When Luciano Pavarotti died in 2007, the world lost one of its finest voices. The ‘King of the High Cs‘ was sought after by all the major opera houses in his early career
Luciano Pavarotti was born in 1935 on the outskirts of Modena in Northern Italy, the son of Fernando Pavarotti, a baker and amateur tenor, and Adele Venturi, a cigar factory worker. Although he spoke fondly of his childhood, the family had little money; its four members were crowded into a two-room apartment. According to Pavarotti, his father had a fine tenor voice but rejected the possibility of a singing career because of nervousness. World War II forced the family out of the city in 1943. For the following year they rented a single room from a farmer in the neighbouring countryside, where the young Pavarotti developed an interest in farming.
After abandoning the dream of becoming a football goalkeeper, Pavarotti spent seven years in vocal training. Pavarotti’s earliest musical influences were his father’s recordings, most of them featuring the popular tenors of the day—Beniamino Gigli, Giovanni Martinelli, Tito Schipa, and Enrico Caruso. Pavarotti’s favourite tenor and idol was Giuseppe Di Stefano and he was also deeply influenced by Mario Lanza, saying: “In my teens I used to go to Mario Lanza movies and then come home and imitate him in the mirror”. At around the age of nine he began singing with his father in a small local church choir.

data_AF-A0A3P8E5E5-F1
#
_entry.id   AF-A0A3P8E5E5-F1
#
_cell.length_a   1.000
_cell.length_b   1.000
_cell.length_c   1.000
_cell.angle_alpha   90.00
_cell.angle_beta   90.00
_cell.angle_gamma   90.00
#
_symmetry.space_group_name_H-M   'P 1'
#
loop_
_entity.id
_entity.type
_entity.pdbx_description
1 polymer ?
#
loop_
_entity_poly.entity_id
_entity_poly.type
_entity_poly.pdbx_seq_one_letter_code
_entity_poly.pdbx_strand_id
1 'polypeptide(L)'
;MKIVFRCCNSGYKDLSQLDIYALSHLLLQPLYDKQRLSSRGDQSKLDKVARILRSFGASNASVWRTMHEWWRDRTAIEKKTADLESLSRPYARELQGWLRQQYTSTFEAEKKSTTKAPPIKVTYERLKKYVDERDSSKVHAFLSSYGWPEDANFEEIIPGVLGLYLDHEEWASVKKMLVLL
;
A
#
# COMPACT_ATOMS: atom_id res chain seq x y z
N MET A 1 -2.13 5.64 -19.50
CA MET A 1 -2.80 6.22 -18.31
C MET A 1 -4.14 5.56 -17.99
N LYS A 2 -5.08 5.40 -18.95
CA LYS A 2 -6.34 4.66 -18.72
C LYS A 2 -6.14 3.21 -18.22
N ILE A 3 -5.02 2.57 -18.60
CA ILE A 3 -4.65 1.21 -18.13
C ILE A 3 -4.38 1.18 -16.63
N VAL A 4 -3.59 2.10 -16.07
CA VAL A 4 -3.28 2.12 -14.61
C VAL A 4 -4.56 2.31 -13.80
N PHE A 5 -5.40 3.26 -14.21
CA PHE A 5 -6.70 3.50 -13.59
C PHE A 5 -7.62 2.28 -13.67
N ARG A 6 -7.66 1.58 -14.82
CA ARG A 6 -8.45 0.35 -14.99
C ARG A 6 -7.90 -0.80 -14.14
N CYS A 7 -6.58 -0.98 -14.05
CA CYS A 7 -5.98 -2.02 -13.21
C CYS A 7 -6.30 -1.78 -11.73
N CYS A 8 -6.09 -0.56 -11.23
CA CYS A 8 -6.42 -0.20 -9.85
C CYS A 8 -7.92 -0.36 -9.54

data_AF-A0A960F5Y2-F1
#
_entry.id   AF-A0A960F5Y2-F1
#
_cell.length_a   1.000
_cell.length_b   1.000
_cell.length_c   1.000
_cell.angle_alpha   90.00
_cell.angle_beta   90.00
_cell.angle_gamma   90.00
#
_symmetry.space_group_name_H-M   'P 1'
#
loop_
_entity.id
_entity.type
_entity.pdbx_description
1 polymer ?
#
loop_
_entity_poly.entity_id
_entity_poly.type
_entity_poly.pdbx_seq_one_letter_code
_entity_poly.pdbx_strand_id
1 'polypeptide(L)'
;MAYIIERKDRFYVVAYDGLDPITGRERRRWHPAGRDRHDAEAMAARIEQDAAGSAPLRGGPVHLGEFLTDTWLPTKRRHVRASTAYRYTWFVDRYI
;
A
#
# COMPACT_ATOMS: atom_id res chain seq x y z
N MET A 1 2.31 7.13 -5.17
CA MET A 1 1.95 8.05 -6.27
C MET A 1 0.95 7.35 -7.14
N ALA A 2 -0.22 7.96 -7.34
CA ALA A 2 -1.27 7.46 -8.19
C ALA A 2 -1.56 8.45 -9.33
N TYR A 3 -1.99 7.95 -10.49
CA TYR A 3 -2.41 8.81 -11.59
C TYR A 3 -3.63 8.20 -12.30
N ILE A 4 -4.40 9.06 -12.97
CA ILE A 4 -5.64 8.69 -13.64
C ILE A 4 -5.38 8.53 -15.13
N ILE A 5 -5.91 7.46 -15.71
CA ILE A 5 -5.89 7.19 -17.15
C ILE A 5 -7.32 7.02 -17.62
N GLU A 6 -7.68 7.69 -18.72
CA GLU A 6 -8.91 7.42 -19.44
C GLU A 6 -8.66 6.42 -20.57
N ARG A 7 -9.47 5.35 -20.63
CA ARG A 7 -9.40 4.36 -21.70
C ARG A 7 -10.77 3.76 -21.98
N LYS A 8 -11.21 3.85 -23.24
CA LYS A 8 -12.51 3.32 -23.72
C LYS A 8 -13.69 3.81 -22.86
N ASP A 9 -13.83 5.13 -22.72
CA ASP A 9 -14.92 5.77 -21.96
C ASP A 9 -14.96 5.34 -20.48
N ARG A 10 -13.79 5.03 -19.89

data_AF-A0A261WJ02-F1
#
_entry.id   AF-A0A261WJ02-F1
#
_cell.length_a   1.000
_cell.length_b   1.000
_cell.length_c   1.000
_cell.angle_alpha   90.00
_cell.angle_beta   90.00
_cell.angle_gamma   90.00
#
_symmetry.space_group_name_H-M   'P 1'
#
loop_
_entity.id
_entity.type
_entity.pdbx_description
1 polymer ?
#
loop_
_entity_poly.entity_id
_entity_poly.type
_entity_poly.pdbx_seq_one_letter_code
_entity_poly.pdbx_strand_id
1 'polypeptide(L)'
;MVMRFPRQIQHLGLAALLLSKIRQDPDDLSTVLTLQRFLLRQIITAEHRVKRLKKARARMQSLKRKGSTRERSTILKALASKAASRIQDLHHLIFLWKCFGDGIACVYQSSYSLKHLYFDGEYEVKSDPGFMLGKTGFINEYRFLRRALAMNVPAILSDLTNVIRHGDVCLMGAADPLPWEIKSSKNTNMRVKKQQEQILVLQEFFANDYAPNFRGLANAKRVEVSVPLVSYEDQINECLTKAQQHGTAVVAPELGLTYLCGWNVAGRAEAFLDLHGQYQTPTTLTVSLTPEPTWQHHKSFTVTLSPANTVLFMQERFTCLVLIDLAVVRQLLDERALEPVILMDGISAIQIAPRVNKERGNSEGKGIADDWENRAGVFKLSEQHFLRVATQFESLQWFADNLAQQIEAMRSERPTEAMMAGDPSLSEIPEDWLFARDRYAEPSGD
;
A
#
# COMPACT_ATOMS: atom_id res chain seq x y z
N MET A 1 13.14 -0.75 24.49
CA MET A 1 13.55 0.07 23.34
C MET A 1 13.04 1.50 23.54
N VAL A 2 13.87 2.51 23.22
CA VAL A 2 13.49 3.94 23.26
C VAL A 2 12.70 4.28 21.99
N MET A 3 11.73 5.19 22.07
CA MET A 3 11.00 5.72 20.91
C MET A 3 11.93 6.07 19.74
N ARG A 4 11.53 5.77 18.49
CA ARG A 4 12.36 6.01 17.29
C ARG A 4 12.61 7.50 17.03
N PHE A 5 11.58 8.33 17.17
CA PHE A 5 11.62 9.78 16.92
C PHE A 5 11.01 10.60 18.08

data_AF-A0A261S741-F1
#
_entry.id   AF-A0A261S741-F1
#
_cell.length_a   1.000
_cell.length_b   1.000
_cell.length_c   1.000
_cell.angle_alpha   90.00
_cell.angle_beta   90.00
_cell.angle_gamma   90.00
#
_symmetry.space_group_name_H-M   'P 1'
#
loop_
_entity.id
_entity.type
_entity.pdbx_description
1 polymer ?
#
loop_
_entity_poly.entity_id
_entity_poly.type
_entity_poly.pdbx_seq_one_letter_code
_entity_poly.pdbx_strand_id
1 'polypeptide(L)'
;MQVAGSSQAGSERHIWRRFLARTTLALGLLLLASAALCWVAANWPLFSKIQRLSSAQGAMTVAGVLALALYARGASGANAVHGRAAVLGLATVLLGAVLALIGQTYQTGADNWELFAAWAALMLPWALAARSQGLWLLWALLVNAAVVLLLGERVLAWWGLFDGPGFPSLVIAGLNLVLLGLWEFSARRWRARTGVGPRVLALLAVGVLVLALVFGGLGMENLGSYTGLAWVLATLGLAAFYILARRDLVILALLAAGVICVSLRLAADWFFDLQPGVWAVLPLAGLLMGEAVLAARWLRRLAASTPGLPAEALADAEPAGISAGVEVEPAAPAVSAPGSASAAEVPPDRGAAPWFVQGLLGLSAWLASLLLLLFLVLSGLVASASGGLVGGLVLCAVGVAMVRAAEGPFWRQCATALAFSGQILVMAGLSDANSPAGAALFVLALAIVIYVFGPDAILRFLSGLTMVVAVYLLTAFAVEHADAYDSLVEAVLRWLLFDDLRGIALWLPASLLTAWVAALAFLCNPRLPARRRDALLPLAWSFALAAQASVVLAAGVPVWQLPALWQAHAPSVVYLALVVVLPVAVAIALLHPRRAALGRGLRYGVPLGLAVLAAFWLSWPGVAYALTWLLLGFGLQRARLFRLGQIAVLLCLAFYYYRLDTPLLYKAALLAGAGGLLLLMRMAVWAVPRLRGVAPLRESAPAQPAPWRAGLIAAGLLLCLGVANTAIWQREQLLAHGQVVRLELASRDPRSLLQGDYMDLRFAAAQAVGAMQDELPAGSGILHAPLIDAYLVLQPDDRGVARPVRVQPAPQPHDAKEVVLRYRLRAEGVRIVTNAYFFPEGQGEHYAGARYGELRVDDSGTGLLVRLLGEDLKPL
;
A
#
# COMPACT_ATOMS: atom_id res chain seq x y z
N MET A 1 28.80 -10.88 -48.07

After what appears to have been a normal childhood with a typical interest in sports—in Pavarotti’s case football above all, he graduated from the Scuola Magistrale and faced the dilemma of a career choice. He was interested in pursuing a career as a professional football goalkeeper, but his mother convinced him to train as a teacher. He subsequently taught in an elementary school for two years but finally allowed his interest in music to win out. Recognising the risk involved, his father gave his consent only reluctantly.
Pavarotti began the serious study of music in 1954 at the age of 19 with Arrigo Pola, a respected teacher and professional tenor in Modena who offered to teach him without remuneration. According to conductor Richard Bonynge, Pavarotti never learned to read music.
In 1955, he experienced his first singing success when he was a member of the Corale Rossini, a male voice choir from Modena that also included his father, which won first prize at the International Eisteddfod in Llangollen, Wales. He later said that this was the most important experience of his life, and that it inspired him to become a professional singer. At about this time Pavarotti first met Adua Veroni. They married in 1961.
When his teacher Arrigo Pola moved to Japan, Pavarotti became a student of Ettore Campogalliani, who at that time was also teaching Pavarotti’s childhood friend, Mirella Freni, whose mother worked with Luciano’s mother in the cigar factory. Like Pavarotti, Freni went on to become a successful opera singer; they would go on to collaborate in various stage performances and recordings together.